Monday, July 15, 2013

Chicago Evanston Under Construction - Northwestern's Bienen School of Music

click images for larger view
Northwestern University's new Bienen School of Music building had a rough time getting started.   In February, 2008, the university announced a small number of architectural firms, Murphy/Jahn among them, would be invited to compete to design the new building.  In October of that year, Goettsch Partners was selected for the $90 million project, which was to begin construction in late 2009, with a 2012 completion date.
Funding problems, however, intervened, and in November of  2011, the university put the project on “indefinite hold.”  Ironically, that “hold” proved far shorter than the previous delay.  On May 18, 2012, ground was broken on what, by then, had become a $117 million, 152,000 square-foot building shooting for LEED Silver.  (Although the Goettsch site says they're going for the Gold.)  The structure will consolidate Northwestern's music school, renamed to honor former University President Henry Bienen and his wife, Leigh Buchanan Bienen, from three present locations, including the 1874 Second Empire Building, designed by architect Gurdon P. Randall as the Evanston College for Ladies, that is the second oldest structure on campus.
The new building commands a spectacular lakefront site, just north of a beach, with striking views of the Chicago skyline in the distance to the south.  Thorton Tomasetti  is the structural engineer for the project, whose Z-shaped plan consists of what is essentially two buildings, north and south,  joined by a curtained wall, skylit entrance pavilion.  The poured-in-placed concrete of the main pavilions will be faced on the exterior with limestone.  Cantilevered glass will dominate at each end of the complex.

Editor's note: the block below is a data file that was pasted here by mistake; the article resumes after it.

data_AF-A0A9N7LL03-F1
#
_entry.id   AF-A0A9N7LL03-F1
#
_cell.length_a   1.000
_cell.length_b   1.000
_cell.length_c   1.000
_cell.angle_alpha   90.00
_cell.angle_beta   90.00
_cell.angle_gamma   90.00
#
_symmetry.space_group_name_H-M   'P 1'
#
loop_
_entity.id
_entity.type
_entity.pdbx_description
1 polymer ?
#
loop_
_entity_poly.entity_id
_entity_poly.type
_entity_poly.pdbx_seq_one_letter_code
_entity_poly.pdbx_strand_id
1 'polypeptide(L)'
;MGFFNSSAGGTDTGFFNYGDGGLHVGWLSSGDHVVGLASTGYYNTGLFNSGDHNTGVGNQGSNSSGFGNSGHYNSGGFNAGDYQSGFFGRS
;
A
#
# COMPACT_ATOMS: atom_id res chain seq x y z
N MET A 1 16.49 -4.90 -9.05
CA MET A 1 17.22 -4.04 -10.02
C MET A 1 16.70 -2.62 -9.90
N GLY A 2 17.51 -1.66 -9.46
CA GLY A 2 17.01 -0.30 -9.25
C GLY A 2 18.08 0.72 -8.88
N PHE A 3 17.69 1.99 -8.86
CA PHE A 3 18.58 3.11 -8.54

image courtesy Goettsch Partners
Among the facilities included will be a 150 seat opera rehearsal and 10 classrooms.  The top, fifth floor will be the home to the administrative offices of the School of Communication. 
The centerpiece of the complex will be the 400 seat recital hall, named the Galvin Recital Hall after a $6 million, 2013 gift from the Robert W. Galvin Foundation in honor of Mary B. Galvin, a 1945 Northwestern graduate.  Kirkegaard Associates is consulting on acoustical issues, and Schuler Shook on lighting.  The dominant feature of the wood-paneled hall with be a 50-foot cable-supported, double skin window wall offering dramatic views out to Lake Michigan.
Image courtesy Goettsch Partners
To the west, there will be a 120-foot-wide strip of ‘pedestrian-friendly’ landscaping, just east of the scarringly ugly Lakeside Parking deck,  linking to the rest of the university's arts center to the north, including Pick-Stager Hall and the Block Museum.
Image courtesy Goettsch Partners
Current completion date is 2015.  Status updates and a live webcam of the construction site can be found here.


Anonymous said...

Eyesore on the Lake. Terrible waste of lake front property. NU is a horrible steward of a limited asset.

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Bette said...

Anonymous: I went to NU in the '70's when they finished the NEW LAKEFILL built just for the purpose of expansion. That way they could expand w/o tearing down historic properties on the edge of the campus in Evanston. See how that works? Being used for it's original intention, rather than as a place for people who didn't financially contribute to it to walk their dogs.